as technology or as a basic basis for small contracts and con technologies that can be built on that on the concept of isn't something that you might
say something that's like an easy thing means what right now it's quite tough to understand the concept and there are only few people could
actually you with the technology itself so what is your feeling towards that how how can how can watch evolving the technology and the way we deal with that evolve in a way that actually have enough people can deal with that and set of rules and end finally maybe code becomes smart contracts and that's I think it's a really boils down to the matter of time so basically when it
comes on application level where like early nineties were an e-mail was the 1st application of the Internet and for those who were old enough to remember and I use e-mail when I was 20 the 1st time so for me that was the Internet that was even before the World Wide Web and and I didn't envision Facebook or Twitter anything
and I think and nobody did in that way and so um and um I was 1 of the early adopters so I think what we need to have been coined now really is the 1st killer application of blockchain and we haven't had another killer application so I think in terms of usability and scalability in the next 2 or 3 years we might say have the 1st step killer application where my grandmother can also use it and once we have that I think blockchain will really take off on 1 hand and block blockchain a lot of use cases of block build a network effects but when it comes to accounting when it comes to supply chain Internet of Things etc. so we're not there yet so I think yeah we need another 5 to 10 years and for those use cases where we need extreme network effects we need another 5 to 10 years and hopefully the 1st killer application in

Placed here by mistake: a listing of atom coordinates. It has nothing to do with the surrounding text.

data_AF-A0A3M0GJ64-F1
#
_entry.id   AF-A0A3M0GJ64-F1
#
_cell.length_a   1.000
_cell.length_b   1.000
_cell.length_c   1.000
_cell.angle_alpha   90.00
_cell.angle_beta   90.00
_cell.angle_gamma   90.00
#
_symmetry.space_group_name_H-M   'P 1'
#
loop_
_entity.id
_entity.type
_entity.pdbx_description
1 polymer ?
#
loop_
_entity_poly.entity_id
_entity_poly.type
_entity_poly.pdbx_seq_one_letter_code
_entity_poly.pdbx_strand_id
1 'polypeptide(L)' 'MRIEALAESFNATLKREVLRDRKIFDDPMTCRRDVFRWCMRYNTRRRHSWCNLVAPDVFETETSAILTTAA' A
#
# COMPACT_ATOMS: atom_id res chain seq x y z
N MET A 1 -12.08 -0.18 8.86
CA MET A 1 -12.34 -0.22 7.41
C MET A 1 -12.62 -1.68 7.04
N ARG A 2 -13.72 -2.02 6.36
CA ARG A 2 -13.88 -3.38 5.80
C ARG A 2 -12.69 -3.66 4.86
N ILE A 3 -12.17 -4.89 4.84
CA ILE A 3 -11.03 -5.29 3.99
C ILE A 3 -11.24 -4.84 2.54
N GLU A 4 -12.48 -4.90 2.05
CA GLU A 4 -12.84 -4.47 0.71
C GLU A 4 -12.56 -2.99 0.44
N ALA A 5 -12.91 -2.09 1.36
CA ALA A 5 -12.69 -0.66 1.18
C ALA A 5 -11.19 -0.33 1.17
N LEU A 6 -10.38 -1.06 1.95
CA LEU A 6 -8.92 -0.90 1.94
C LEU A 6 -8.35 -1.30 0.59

the next 3 years you might on the view that you think you used in some
you can just say here we have the last flight of running so our blockchain as there is a deep topic you can
find a lot of information on a website or follow us on social media than the
to belong to the and in
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Metadaten

Formale Metadaten

Titel Disrupting Organizations: Decentralized Autonomous Organizations
Serientitel re:publica 2017
Teil 190
Anzahl der Teile 235
Autor Voshmgir, Shermin
Lizenz CC-Namensnennung - Weitergabe unter gleichen Bedingungen 3.0 Deutschland:
Sie dürfen das Werk bzw. den Inhalt zu jedem legalen Zweck nutzen, verändern und in unveränderter oder veränderter Form vervielfältigen, verbreiten und öffentlich zugänglich machen, sofern Sie den Namen des Autors/Rechteinhabers in der von ihm festgelegten Weise nennen und das Werk bzw. diesen Inhalt auch in veränderter Form nur unter den Bedingungen dieser Lizenz weitergeben.
DOI 10.5446/33055
Herausgeber re:publica
Erscheinungsjahr 2017
Sprache Englisch

Inhaltliche Metadaten

Fachgebiet Informatik
Abstract Blockchain is the driving force of the next generation Internet, also referred to as the Decentralized Web. It allows us to decentralise trust. Smart contracts on the Blockchain radically reducing transaction costs creating the basis for a P2P society, allowing for new forms of organisational structures that were not feasible before. What is the state of that technology and what are the pitfalls and challenges of Blockchain based DAOs (Decentralized Autonomous Organizations)?